For Texas Education Agency Commissioner Mike Morath, the bottom line of what happened with open government this spring was that he got a green light to pursue Houston Independent School District trustees for allegedly doing public business in the dark.
What the rest of the state got – or will, if Gov. Greg Abbott signs the bill as expected – is legislation that breathes new life into a section of the Texas Open Meetings Act outlawing a practice that public officials in many parts of the state have used to keep citizens uninformed on controversial issues.
The year didn’t start out with good news from Morath’s point of view, however, or for other open-government advocates.
In February, the Texas Court of Criminal Appeals handed down a ruling that seemed to invalidate Texas’ prohibition of what are called walking quorums – public officials gathering privately in a succession of small groups to discuss public business without having to talk about it in public.
In general, state law requires that when enough members of a city council or other governmental body are present to constitute a quorum, that gathering becomes a meeting that must be posted in advance and open to the public. The smaller meetings get around that requirement.
The court ruled that the portion of the Texas Open Meetings Act that applied to walking quorums was “hopelessly indeterminate by being too abstract.” As a result, the court held that a Houston-area county commissioner did not violate the law when he and two colleagues negotiated the details of a bond proposal with members of a political action committee rather than with taxpayers in a public meeting.
Morath, meanwhile, was dealing with problems in the Houston school district. TEA was probing numerous allegations that trustees had violated the open meetings law.
In one important instance, many observers, including several other board members, believed that Board President Diana Dávila plus trustees Holly Maria Flynn Vilaseca, Elizabeth Santos, Sergio Lira and Anne Sung broke the law by engaging in a series of private discussions about ousting Interim Superintendent Grenita Lathan.
In October, the five had blindsided their colleagues with the motion to fire Lathan. They won on a 5-4 vote.
Not for long, however. The district’s TEA-appointed conservator ordered the school board to stop a search for a new superintendent while the agency investigated the allegations of open-meeting violations.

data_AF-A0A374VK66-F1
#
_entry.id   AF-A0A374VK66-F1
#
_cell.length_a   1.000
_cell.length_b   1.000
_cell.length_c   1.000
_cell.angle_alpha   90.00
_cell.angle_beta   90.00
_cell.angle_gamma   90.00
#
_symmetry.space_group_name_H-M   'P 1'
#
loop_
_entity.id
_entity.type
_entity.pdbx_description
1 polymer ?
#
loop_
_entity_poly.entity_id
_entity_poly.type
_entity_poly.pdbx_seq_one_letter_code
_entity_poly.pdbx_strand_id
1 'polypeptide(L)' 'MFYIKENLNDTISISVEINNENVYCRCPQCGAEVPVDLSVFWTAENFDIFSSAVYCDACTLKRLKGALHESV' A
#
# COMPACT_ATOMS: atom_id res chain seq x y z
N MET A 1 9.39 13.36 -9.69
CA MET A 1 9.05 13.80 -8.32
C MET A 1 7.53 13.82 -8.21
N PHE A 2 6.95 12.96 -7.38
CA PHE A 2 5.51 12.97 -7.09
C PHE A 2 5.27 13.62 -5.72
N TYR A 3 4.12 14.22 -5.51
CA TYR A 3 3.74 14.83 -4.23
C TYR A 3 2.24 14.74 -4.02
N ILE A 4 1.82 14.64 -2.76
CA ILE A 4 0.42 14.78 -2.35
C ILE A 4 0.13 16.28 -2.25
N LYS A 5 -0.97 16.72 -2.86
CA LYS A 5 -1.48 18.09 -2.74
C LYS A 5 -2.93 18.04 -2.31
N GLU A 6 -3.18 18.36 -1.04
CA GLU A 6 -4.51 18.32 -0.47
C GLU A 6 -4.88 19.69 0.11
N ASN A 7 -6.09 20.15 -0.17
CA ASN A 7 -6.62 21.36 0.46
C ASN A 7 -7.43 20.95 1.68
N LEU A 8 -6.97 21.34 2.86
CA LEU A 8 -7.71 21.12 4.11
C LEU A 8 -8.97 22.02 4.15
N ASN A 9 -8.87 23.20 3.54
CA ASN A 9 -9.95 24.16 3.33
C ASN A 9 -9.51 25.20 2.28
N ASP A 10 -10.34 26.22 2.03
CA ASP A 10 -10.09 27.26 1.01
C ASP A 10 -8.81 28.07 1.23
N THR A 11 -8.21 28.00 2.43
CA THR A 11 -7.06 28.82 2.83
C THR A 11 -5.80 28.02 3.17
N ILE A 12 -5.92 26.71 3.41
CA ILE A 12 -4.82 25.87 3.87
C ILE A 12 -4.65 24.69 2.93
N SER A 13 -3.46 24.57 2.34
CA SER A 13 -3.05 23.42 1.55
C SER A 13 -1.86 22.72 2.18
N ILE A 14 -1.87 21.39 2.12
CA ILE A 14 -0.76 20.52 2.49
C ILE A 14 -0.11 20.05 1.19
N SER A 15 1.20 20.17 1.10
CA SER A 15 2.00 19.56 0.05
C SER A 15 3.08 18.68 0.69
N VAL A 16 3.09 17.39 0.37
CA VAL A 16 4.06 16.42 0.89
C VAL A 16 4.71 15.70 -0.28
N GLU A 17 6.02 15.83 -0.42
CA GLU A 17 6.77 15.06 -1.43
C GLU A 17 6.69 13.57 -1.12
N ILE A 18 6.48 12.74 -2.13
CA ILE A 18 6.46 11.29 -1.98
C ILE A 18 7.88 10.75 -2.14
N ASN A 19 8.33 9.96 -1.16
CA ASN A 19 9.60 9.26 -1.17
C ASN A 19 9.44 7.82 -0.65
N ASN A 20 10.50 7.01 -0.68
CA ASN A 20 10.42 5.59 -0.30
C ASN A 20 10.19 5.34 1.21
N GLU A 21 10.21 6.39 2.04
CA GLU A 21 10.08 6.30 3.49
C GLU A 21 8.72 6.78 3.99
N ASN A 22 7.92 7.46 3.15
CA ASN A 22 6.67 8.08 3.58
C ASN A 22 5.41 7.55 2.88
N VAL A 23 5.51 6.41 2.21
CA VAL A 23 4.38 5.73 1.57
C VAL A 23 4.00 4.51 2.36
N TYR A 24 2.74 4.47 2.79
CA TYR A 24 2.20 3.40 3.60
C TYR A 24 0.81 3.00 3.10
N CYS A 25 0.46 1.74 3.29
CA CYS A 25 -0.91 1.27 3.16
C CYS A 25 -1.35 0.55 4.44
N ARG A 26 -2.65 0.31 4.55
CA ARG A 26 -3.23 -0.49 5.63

After the high court issued its ruling in the county commissioner case, Morath wrote to the AG’s office asking for guidance.
In response, the AG’s office put together the language for a legislative proposal to clarify the “abstract” language. State Rep. Dade Phelan, R-Beaumont, sponsored it in the House, Sen. Kirk Watson, D-Austin, sponsored it in the Senate, and it was approved by both houses.
Along the way, witnesses told legislative committees that it is common practice in Texas for elected officials to confer in private before making decisions, in violation of the law.
During testimony in April on the house version of the bill, two members of the House State Affairs Committee said they have witnessed walking quorums in practice.
Rep. Bobby Guerra, D-McAllen, said that in the executive sessions held by most city councils, members take an informal poll of how they will vote on an issue before going back into public session, as required, for the official vote. The vote often happens with little or no discussion in the open meeting.
“Which is why some entities record their executive sessions and others don’t,” Guerra said.
“I think this happens all the time in local government,” added Phelan. ”I’ve seen city councils walk out and vote on an issue without even talking about it. Some of the other members out there have no idea what they talked about, [but] obviously a decision was made before they even walked in that room.”
That’s roughly what happened in the Houston case, where five school trustees surprised their colleagues in October with the motion to oust Lathan.
The five trustees have denied the alleged conspiracy. It’s unclear whether the district itself is investigating the incident. Houston schools spokeswoman Rebecca Suárez did not respond to an email seeking comment.
Jennie Hoelscher, who heads the opinions division of the AG’s office, told the House committee that the new law will pass legal muster in future cases involving alleged walking quorums.
“The issues are completely taken care of,” she told committee members.
The measure that clarifies the state’s walking quorum rule awaits the governor’s signing. It would take effect Sept. 1.
Steve Miller can be reached at [email protected].